Went to the theatre today. To be more specific the Grand Theatre in Wolverhampton to see the Solid Silver 60’s Show. It’s nice to occasionally remind oneself that there is a world outside of family commitments, politics and techie related stuff. Highlights were of course Dave Dee Dozy Beaky Mick and Titch who were a class act as usual but also Gerry and the Pacemakers. Not sure how well it would go down with fellow Wulfrunians to be caught singing ‘Walk on'(with hope in you heart) but there you go.

A few words

I thought I better pen something, just a few things to clear up and the odd request. It’s been a bit of a funny old week. I’d just like to say a welcome to the 50-odd thousand or so more visitors than I normally get who’ve dropped by in the past week.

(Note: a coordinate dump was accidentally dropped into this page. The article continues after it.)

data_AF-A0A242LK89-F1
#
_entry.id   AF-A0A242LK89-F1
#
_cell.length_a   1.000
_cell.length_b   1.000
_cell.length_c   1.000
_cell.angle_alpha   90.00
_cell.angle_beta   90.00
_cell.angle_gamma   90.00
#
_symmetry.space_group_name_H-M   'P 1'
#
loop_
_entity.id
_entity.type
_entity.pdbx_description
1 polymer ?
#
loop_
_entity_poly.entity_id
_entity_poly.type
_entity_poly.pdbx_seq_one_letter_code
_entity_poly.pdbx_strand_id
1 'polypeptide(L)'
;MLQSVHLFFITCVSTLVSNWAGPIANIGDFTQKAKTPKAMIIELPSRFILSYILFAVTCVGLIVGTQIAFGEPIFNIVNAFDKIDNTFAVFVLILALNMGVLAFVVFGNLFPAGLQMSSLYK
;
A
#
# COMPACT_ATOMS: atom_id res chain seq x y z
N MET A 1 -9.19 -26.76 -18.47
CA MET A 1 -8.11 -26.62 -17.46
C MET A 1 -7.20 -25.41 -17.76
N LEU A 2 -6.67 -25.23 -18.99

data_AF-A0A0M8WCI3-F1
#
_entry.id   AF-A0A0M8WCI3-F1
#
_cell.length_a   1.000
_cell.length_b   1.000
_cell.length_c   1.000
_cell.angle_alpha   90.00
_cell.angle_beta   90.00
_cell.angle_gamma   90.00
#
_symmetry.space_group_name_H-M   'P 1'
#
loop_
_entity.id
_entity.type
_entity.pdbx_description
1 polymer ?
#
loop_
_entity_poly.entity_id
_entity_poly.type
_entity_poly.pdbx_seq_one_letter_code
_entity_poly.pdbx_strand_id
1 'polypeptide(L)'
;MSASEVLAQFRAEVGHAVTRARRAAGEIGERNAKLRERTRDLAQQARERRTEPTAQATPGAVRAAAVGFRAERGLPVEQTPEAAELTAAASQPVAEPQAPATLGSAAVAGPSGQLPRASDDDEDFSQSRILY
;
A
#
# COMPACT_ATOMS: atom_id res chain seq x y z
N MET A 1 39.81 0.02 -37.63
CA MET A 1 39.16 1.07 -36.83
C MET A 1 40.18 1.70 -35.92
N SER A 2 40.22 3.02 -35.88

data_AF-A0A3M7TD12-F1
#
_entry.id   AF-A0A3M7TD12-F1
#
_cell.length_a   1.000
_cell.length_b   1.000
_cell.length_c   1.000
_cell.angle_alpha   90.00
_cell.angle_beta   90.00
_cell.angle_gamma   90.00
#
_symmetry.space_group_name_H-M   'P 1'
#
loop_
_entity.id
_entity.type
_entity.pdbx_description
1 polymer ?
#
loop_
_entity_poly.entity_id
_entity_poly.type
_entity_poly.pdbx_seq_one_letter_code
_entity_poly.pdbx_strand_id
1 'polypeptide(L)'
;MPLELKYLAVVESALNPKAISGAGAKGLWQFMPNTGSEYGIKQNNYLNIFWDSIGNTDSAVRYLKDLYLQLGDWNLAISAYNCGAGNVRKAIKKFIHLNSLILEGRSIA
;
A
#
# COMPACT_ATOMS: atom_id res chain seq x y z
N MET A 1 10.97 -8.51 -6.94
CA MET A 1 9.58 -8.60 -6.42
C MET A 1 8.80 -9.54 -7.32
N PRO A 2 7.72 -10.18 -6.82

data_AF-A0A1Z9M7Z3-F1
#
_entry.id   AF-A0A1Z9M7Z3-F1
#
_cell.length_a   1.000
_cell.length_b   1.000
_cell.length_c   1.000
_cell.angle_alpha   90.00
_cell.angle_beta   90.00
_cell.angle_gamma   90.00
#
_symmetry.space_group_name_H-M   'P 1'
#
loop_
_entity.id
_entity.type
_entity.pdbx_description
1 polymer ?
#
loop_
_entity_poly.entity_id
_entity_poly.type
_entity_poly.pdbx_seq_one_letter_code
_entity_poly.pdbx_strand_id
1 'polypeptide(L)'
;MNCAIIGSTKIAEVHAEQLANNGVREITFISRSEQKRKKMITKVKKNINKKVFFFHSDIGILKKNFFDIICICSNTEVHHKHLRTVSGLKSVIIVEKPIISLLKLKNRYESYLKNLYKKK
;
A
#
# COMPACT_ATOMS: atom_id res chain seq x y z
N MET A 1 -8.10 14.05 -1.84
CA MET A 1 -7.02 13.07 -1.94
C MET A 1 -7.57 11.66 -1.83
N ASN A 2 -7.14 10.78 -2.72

I should really point out that this is really a political blog, not specifically a technology blog, although I am of course a techie who writes on occasion about technical/IT issues.

I think I’ve got round to answering or responding to all the comments that were directed towards me and I’ll equally try to get round to replying to all the people who have sent me private messages over the past week but please bear with me. With that in mind, I just need to point out that this website is to all intents and purposes my hobby when I have free time so I apologise if it sometimes takes a while to OK comments or to respond but I am a fairly busy guy.

On a side note, a friend of mine did point out that while all this additional traffic was passing through I should have banged in some Google Ads for the click-through but we’ll leave that matter there shall we. Just to note, this site is funded wholly by myself out of my own pocket personally although it doesn’t really cost that much to run.